Real lives


Video and audio

Photo stories


From pit latrines and streams to ventilated improved pit toilets and water tanks

Hand washing
© UNICEF PNG/2016/Chambers
Japhet (right) and his friend wash their hands after playing.

GOROKA, Papua New Guinea, 16 February 2016 - Ten-year-old Japhet, who is in grade two, loves school but has been dreading to go to school every day for the past couple of years as he felt nauseated each time he had to use the school’s pit latrines.

That is until a year ago when UNICEF built a couple of modern Ventilated Improved Pit (VIP) latrines with proper toilet seats and installed a 9,000 litre rain harvesting water tank for the 150 elementary students that attend Korepa Elementary School in the Daulo District of Eastern Highlands Province.

“I like school very much but before I used to get sick a lot. Our toilets had no seats and it was smelly. The small children defecated around the pit and I used to vomit a lot after using the toilet,” says Japhet.

“Now our new toilets have good seats, they don’t smell and they have doors. We also have a new tank and sinks to wash our hands after using the toilet and after playing,” he adds.

Korepa Elementary School is nestled against the famous Daulo foothills. The school’s location is picturesque, perched on an altitude against an amazing backdrop of greenery and mountains but separated from road access by a fast flowing stream some 20 meters downhill from the school, which for years was the only water source for the students, teachers, and their families and nearby communities. It was also the only source of piped water for the nearby Korepa Primary School but that didn’t last long when the pipes clogged up stopping the water from being piped to reservoir tanks.

“Before UNICEF gave us the tank, we used to walk down the hill to the stream to drink water and wash our hands. But many times we don’t wash our hands after using the toilet because we didn’t like walking down the hill just to wash our hands, especially when it rains because the foot path is very slippery,” Japhet states.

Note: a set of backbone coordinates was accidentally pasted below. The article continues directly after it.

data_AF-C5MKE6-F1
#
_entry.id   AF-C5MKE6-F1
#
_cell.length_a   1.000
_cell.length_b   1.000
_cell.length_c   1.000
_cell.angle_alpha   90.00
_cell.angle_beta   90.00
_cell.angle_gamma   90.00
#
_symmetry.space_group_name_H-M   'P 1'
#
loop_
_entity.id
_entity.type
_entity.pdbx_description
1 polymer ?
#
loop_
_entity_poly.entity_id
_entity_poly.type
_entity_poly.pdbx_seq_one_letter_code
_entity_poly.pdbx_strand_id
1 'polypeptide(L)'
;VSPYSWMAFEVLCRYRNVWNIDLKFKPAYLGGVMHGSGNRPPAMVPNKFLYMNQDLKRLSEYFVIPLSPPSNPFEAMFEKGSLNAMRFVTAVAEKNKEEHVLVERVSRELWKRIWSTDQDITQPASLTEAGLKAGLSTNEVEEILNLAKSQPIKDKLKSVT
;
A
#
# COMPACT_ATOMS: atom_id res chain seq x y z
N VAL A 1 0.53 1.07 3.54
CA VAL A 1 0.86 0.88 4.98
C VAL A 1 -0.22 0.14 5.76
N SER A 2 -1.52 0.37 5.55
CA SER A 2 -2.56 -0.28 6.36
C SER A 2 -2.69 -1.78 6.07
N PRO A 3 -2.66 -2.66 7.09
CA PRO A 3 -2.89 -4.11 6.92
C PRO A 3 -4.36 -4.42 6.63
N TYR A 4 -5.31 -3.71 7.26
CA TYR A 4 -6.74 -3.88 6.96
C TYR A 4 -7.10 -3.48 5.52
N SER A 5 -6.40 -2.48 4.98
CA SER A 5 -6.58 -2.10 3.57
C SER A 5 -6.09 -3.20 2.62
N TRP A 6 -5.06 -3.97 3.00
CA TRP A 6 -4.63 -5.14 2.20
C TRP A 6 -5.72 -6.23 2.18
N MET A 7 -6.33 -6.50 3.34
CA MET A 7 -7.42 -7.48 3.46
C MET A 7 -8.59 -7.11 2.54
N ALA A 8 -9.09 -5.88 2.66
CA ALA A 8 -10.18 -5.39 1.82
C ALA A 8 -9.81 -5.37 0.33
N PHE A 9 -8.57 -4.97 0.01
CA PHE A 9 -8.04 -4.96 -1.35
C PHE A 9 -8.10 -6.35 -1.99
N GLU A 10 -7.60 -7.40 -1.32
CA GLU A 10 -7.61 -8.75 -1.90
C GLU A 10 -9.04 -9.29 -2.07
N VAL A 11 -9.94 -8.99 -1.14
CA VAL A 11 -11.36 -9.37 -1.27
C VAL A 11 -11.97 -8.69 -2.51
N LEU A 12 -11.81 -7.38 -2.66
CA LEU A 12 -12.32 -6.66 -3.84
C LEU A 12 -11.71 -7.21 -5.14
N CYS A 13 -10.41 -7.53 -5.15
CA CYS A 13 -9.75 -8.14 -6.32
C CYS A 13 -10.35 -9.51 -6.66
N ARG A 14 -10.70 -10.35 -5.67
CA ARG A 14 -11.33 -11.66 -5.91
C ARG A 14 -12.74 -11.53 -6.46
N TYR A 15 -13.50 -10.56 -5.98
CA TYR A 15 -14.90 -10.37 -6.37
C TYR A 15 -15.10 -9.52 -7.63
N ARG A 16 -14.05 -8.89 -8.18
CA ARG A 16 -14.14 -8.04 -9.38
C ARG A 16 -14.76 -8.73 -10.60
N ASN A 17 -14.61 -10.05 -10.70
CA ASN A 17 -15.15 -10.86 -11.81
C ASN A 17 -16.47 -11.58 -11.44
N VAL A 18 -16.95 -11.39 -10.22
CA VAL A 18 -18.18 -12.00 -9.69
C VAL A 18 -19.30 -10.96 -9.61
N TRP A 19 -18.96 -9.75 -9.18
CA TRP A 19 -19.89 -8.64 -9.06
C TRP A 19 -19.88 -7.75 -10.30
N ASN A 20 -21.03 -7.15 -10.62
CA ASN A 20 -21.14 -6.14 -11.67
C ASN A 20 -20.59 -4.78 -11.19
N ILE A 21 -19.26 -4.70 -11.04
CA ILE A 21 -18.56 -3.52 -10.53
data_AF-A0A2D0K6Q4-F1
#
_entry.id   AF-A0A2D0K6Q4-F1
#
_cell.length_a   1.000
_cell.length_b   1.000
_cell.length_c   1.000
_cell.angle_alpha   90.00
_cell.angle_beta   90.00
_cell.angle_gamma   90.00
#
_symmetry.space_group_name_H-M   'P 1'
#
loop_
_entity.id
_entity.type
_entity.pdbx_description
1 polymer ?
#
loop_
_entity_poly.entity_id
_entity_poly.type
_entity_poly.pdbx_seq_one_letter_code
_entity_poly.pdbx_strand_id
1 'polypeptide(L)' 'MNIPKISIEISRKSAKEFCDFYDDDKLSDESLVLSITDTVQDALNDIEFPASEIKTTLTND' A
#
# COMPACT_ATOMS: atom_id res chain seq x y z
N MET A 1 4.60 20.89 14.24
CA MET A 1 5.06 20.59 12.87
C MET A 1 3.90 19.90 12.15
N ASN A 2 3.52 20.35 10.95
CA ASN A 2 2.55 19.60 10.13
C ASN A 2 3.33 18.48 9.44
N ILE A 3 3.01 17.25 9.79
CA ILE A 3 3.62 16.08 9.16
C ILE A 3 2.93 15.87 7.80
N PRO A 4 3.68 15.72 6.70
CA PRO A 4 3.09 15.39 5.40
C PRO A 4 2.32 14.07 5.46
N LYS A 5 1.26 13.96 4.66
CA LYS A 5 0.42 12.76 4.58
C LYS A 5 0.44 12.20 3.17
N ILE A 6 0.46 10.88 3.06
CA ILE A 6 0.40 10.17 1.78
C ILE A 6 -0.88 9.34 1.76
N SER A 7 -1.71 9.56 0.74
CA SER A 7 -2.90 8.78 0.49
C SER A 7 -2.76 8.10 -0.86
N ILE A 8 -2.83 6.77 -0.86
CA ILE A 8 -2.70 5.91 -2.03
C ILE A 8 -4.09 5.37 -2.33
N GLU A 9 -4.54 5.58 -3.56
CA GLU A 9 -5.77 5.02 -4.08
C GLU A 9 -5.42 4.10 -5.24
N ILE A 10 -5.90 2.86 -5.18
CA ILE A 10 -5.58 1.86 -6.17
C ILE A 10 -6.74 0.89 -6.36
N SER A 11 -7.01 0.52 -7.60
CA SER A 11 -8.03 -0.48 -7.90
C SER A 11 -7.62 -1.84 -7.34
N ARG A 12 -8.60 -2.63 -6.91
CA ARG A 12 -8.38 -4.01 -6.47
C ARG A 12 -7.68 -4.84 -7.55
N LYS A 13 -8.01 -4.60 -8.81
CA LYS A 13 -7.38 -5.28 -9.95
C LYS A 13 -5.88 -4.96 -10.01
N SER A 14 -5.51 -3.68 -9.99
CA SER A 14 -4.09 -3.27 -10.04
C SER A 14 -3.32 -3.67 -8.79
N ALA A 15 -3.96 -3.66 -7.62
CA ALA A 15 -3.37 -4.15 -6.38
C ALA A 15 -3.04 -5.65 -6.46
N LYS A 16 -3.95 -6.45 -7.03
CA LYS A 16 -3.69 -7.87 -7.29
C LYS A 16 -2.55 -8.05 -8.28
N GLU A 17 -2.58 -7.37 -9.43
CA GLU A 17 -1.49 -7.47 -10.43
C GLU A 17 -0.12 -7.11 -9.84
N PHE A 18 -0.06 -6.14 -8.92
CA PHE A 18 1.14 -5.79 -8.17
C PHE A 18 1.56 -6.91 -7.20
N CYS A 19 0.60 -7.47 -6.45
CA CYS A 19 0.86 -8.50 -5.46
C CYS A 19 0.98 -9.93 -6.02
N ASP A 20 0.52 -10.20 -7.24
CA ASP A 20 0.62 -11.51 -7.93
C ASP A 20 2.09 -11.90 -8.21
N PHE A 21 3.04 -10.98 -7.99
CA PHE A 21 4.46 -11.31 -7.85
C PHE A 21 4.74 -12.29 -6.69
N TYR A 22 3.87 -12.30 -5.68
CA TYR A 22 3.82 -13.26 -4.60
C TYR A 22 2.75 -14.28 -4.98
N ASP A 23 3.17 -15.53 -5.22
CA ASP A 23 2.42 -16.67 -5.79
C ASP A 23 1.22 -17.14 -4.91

“Now we don’t need to go to the stream for water. We have the tank and we can wash our hands at the sinks,” he adds.

When the nearby villagers heard UNICEF was supporting the installation of water and sanitation hygiene facilities for the school, they were only too happy to help haul the 9,000 litre water tank down the slope, across the stream and up another hill to its resting place at the school.

“The tank and other supplies were delivered at the drop off point on the other side of the stream. The men in the community tied ropes around the tank and pulled it up to the school. They also carried the cement bags, gravel and other supplies from across the stream to the school because we are not connected to the road,” explains Logani Gunia, the Headmaster at Korepa Elementary School.

UNICEF support

UNICEF is supporting Water and Sanitation Hygiene (WASH) projects in schools in Papua New Guinea by installing modern ventilated improved toilets and building handwashing stations so children can wash their hands.

In some schools, UNICEF is adding changing rooms for older girls. This is expected to contribute to an increase in school attendance for older girls because it means they no longer have to go home to change during their menstruation periods.

At Korepa Elementary School, Headmaster Gunia has gone a step further by providing soap and hand towels for his students so they can wash their hands at critical times – after playing, before eating and after using the toilet.

“I thank UNICEF for the tank and toilets. The community is pleased about this because they also get clean water from this tank, especially the women who pass here to go to and from their gardens every day. ” says Headmaster Gunia.

WASH facilities
© UNICEF PNG/2016/Chambers
New ventilated improved pit toilets, water tank and hand washing station at Korepa Primary School



 Email this article

unite for children